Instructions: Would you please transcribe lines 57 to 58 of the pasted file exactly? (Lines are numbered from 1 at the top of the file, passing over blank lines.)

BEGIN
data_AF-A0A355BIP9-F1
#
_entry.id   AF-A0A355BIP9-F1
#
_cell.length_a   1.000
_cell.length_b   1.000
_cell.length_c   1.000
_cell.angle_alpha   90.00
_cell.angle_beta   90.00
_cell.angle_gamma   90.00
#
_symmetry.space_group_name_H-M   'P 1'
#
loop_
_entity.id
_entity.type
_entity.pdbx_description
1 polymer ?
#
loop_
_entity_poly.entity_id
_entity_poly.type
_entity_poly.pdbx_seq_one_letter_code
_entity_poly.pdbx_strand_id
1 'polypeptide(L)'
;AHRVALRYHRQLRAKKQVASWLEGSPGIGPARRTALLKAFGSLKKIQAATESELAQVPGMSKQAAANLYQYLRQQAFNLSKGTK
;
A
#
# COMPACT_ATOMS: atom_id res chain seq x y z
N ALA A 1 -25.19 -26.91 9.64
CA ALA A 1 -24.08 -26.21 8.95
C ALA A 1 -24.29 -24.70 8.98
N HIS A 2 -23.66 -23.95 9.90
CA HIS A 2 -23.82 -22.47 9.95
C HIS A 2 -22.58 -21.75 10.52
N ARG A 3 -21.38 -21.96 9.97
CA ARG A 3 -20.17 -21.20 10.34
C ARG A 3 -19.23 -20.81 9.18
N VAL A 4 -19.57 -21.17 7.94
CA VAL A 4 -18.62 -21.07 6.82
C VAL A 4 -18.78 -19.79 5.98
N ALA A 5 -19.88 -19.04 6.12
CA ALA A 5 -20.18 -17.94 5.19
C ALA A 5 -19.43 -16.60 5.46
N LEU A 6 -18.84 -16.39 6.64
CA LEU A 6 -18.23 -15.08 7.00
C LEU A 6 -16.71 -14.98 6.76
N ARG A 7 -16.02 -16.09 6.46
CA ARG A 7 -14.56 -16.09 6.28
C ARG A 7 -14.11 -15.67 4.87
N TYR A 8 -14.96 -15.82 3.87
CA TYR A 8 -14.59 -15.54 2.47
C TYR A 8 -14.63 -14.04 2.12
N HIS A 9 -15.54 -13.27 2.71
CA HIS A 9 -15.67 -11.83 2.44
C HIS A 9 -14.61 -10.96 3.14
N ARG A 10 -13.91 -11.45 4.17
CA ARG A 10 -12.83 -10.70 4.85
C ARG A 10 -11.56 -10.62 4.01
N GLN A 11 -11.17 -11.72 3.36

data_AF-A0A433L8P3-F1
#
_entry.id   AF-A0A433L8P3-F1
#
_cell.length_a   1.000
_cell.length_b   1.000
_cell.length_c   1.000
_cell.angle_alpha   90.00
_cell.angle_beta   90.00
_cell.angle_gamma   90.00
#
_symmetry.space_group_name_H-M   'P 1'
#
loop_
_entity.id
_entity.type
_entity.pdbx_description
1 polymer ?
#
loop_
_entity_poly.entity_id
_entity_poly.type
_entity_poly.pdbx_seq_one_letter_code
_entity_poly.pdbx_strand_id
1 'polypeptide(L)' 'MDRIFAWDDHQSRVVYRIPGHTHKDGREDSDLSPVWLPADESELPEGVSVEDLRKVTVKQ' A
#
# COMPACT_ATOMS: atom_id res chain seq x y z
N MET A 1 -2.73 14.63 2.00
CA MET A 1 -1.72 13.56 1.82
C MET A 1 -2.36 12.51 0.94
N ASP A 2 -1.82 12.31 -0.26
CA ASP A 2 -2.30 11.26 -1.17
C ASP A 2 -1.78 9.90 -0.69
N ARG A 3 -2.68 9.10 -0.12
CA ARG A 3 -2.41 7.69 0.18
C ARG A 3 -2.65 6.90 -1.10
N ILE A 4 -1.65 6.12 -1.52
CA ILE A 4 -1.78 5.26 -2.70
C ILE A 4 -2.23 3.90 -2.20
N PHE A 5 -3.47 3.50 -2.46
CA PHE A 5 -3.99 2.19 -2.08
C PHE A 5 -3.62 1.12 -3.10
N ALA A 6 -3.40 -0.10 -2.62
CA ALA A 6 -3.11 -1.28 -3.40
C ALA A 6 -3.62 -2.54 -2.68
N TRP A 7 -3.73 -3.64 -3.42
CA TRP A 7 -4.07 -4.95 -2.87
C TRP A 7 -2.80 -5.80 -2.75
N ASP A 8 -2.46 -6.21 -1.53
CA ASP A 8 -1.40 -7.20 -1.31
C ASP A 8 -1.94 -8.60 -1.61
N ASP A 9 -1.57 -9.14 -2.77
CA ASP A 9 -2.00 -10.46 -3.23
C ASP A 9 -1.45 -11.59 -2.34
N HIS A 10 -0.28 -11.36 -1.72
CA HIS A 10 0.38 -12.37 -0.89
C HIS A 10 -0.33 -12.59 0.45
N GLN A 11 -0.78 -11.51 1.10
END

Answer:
C HIS A 9 -14.61 -10.96 3.14
N ARG A 10 -13.91 -11.45 4.17